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Definitions Edit

A passive attack is

[a]n attack against an authentication protocol where the attacker intercepts data traveling along the network between the claimant and verifier, but does not alter the data (i.e., eavesdropping)."[1]
[a]n actual assault perpetrated by an intentional threat source that attempts to learn or make use of information from a system, but does not attempt to alter the system, its resources, its data, or its operations.[2]

A passive attack is "[a]n attack that does not alter systems or data.[3]

Overview Edit

The object of a passive attack might be to obtain data that is needed for an off-line attack.

"A passive attack is the simplest attack to mount in some ways. The base requirement is that the attacker obtain physical access to a communications medium and extract communications from it. For example, the attacker might tap a fiber-optic cable, acquire a mirror port on a switch, or listen to a wireless signal. The need for these taps to have physical access to a link exposes the attacker to the risk that the taps will be discovered. For example, a fiber tap or mirror port might be discovered by network operators noticing increased attenuation in the fiber or a change in switch configuration. Of course, passive attacks may be accomplished with the cooperation of the network operator, in which case there is a risk that the attacker's interactions with the network operator will be exposed."[4]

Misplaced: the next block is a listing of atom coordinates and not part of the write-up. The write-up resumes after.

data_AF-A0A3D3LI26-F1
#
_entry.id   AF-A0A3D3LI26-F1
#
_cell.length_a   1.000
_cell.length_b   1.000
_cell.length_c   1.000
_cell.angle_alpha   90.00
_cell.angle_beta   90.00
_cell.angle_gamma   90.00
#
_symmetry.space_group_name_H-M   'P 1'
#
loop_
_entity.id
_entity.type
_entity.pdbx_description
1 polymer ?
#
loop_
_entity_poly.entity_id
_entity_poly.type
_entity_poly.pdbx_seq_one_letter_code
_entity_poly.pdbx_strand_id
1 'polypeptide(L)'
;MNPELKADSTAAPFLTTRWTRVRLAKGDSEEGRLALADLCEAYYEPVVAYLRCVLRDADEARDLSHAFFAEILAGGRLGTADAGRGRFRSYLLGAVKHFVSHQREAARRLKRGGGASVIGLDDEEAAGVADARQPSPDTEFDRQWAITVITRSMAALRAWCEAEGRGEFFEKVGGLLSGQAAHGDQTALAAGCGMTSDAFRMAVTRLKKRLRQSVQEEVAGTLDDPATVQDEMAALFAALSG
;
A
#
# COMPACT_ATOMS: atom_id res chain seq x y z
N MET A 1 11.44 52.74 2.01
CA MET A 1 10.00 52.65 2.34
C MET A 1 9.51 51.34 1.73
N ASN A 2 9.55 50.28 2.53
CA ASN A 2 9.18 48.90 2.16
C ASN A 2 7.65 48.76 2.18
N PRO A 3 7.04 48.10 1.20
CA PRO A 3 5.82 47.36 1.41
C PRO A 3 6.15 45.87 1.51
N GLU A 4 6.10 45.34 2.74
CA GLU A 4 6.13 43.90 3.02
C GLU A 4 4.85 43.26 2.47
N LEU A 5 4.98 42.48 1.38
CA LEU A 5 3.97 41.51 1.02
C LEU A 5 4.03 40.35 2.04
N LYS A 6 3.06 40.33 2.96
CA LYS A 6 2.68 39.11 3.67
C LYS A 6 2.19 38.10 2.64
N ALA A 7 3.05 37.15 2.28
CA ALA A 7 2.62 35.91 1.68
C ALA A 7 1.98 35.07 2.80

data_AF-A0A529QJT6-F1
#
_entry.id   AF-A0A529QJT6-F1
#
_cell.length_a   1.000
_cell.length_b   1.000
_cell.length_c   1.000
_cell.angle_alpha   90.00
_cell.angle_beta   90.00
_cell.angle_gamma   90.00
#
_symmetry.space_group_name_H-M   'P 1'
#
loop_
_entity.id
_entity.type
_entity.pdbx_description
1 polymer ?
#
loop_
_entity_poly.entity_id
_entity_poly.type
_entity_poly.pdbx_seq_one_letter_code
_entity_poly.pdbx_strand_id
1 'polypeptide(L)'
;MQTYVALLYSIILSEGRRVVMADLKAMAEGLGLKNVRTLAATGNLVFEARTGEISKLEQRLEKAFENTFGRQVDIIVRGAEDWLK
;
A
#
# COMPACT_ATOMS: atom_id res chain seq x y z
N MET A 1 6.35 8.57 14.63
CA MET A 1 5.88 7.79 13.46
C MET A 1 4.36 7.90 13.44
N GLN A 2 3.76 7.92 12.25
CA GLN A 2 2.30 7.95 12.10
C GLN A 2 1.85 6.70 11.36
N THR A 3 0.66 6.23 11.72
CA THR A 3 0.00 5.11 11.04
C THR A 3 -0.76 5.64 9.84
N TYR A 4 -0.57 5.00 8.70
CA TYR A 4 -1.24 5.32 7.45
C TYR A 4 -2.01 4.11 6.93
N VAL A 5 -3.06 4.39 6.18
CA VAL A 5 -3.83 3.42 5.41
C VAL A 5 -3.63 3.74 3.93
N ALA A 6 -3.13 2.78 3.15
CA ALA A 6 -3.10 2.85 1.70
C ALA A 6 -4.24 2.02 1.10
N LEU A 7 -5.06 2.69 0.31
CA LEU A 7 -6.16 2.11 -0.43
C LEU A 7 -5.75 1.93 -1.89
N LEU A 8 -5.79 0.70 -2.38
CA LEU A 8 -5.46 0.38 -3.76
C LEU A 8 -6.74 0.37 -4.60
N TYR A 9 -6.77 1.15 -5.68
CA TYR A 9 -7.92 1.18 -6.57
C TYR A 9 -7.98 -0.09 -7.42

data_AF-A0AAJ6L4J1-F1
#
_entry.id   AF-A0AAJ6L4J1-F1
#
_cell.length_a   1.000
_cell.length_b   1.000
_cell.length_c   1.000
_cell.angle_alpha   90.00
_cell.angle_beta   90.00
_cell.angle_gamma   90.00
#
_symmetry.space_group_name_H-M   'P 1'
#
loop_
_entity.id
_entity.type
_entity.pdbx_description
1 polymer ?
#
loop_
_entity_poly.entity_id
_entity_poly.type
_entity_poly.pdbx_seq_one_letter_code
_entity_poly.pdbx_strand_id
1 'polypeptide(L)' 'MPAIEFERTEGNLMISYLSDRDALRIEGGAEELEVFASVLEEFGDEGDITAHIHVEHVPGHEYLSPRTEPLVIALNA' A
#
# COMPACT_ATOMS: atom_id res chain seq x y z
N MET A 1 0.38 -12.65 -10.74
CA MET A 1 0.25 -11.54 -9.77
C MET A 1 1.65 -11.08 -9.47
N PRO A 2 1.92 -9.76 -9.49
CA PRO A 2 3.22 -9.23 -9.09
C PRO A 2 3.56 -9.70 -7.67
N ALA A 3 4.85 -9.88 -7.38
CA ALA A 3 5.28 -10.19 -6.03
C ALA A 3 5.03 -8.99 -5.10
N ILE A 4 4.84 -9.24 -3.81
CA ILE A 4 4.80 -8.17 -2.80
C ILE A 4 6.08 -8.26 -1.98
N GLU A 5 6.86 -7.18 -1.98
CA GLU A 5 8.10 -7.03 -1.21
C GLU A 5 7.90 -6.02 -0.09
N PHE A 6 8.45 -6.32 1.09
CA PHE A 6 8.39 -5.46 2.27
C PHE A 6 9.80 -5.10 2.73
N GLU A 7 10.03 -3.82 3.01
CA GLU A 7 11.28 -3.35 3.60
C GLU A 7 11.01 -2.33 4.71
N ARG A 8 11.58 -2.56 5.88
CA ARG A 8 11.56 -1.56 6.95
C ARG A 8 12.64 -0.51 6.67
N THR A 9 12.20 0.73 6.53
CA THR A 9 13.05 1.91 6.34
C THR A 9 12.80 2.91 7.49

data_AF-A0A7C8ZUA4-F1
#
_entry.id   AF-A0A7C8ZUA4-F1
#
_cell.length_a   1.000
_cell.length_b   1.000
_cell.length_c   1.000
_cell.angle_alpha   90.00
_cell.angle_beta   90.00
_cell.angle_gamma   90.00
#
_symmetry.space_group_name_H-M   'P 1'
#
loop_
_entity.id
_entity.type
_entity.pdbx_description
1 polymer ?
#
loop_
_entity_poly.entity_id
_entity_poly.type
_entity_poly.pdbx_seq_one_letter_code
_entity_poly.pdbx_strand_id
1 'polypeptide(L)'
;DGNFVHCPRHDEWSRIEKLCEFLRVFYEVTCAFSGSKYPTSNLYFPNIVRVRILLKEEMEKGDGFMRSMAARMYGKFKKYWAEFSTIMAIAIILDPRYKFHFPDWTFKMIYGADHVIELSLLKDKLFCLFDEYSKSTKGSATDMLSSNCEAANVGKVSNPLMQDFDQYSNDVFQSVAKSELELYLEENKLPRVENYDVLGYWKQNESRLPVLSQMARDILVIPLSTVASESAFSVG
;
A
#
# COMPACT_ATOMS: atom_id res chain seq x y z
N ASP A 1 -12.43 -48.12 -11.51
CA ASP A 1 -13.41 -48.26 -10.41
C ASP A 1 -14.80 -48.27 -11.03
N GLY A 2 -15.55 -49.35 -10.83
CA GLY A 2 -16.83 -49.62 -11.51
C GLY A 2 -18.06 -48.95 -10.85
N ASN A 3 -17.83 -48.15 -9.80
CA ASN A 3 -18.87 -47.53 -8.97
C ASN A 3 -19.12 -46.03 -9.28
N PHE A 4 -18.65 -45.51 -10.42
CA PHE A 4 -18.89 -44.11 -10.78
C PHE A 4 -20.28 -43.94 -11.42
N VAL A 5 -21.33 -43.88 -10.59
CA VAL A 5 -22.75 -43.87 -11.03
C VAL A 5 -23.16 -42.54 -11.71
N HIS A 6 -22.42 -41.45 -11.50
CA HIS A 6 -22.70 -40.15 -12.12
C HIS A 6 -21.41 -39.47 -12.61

References Edit

  1. NIST Special Publication 800-63, at 7.
  2. NICCS, Explore Terms: A Glossary of Common Cybersecurity Terminology (full-text).
  3. CNSSI 4009.
  4. Pervasive Attack: A Threat Model and Problem Statement, at 10-11.

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